On Sunday, Congresswoman Liz Cheney went on NBC's "Meet the Press" to discuss the war in Ukraine and any additional steps that the United States should be taking to counter Russia's invasion.

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When asked if chemical weapons are a red line, Cheney said that the U.S. and NATO should consider every possible action to stop Russia from continuing to invade.

"I think that it should be, Chuck. And I think that we in the West, the United States and NATO, we need to stop telling the Russians what we won’t do...Putin's actions so far have demonstrated, first of all, that the Russian military is nowhere near as capable as the world perhaps thought it was, probably not as capable as Putin thought it was," Cheney said. "And they need to understand that if the brutality here increases, the United States will contemplate and consider every possible range of actions along with our NATO allies."

When asked if Putin should be allowed to keep any of Ukraine's territory, Cheney said that for the stability of the region, Putin shouldn't be able to gain anything from the war.

"I think it's very important that Putin not reap any rewards at all for this aggression. I think territorial gains would be a reward for him," Cheney said. "I think that we cannot be in a situation where, you know, the security and the peace that has been guaranteed, really, since 1945 on the continent of Europe, certainly, suddenly now powers believe that by the kind of onslaught that you've seen, the kind of war crimes, the kind of brutality you've seen Putin unleash, that they can gain from that. So, I do think it's critically important for the United States and for NATO to be clear. Obviously, we are going to support President Zelenskyy, but we need to be very clear we do not believe Putin should be able to gain, to benefit from the actions he's taken."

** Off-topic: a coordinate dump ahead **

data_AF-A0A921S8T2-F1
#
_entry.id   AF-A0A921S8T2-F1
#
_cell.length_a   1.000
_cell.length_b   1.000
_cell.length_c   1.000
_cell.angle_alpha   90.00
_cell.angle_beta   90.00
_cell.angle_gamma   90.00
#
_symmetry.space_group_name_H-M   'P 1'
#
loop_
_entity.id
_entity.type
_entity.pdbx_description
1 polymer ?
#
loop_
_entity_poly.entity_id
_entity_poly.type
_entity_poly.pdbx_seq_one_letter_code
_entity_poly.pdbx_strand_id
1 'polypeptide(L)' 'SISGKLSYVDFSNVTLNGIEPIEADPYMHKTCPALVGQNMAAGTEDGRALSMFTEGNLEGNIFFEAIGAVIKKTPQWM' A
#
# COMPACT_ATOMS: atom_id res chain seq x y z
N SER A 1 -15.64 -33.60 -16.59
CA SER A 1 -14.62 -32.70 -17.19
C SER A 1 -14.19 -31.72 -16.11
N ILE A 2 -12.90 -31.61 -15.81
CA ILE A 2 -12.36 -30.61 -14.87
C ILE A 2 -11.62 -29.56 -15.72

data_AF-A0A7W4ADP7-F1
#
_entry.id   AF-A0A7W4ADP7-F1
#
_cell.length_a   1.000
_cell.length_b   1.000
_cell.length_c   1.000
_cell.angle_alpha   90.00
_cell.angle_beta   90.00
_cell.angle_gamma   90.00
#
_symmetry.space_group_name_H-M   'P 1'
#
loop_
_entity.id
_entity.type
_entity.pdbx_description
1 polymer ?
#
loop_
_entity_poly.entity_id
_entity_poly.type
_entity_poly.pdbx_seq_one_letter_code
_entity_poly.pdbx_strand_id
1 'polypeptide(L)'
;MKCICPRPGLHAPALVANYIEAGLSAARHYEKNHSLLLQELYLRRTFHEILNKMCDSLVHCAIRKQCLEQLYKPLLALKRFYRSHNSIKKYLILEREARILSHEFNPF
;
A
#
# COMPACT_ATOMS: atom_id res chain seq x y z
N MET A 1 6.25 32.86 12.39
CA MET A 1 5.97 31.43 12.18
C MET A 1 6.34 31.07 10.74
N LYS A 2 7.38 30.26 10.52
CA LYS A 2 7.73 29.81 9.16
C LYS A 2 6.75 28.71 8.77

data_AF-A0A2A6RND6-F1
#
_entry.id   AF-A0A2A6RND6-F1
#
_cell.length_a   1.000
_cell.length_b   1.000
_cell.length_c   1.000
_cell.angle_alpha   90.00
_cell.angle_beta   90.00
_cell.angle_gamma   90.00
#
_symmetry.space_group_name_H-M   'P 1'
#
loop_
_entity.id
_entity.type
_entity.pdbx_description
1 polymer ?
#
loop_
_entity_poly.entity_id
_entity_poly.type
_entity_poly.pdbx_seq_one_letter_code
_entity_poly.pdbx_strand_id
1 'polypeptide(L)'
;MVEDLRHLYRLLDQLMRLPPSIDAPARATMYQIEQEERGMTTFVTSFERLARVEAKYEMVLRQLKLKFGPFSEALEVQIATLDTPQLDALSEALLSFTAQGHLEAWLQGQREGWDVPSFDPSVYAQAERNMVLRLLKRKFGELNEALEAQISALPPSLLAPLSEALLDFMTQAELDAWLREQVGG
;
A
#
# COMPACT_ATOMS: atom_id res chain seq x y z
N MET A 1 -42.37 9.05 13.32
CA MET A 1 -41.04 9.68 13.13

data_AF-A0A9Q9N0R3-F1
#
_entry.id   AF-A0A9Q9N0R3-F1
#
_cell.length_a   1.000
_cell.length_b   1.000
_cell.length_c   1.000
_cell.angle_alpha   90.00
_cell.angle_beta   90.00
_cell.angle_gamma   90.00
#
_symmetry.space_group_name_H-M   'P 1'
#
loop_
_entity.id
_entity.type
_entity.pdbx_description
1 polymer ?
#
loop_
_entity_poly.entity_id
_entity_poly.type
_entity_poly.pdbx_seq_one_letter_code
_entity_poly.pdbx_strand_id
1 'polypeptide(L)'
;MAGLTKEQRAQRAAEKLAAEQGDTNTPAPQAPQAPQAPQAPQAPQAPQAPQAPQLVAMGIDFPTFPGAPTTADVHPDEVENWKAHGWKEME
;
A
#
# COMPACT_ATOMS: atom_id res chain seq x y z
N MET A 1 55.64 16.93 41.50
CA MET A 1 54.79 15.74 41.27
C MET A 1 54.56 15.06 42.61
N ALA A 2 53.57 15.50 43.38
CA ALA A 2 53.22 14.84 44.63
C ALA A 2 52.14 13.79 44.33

When asked if Cheney regretted her vote to impeach former President Donald Trump in 2019, Cheney said that there wasn't enough evidence to vote to convict, but that the January 6 committee hopes to not repeat previous mistakes.

"Having sat through watching the hearings, watching the evidence that was put on for the first impeachment, at the end of the day the evidence that was put on didn't make the case," Cheney said. "The January 6th situation and attack is obviously something that is fundamentally different. We all watched that unfold in real-time. We all lived through that attack. But I will say that the January 6th Committee is very much focused on lessons learned from that first impeachment and very much focused on making sure the American people have all of the facts and the truth about what happened."

During Trump's first impeachment trial, which involved the former president allegedly withholding military aid to Ukraine in exchange for political favors, Cheney said she opposed attempts to impeach Trump because the process was done unfairly.

"They have absolutely stacked the deck in this entire process, they've abused their power, they've abused the rules, they've abused the law, they've denied due process to the President, they've told witnesses not to answer Republican questions, they've conducted this whole thing in secret," Cheney said.

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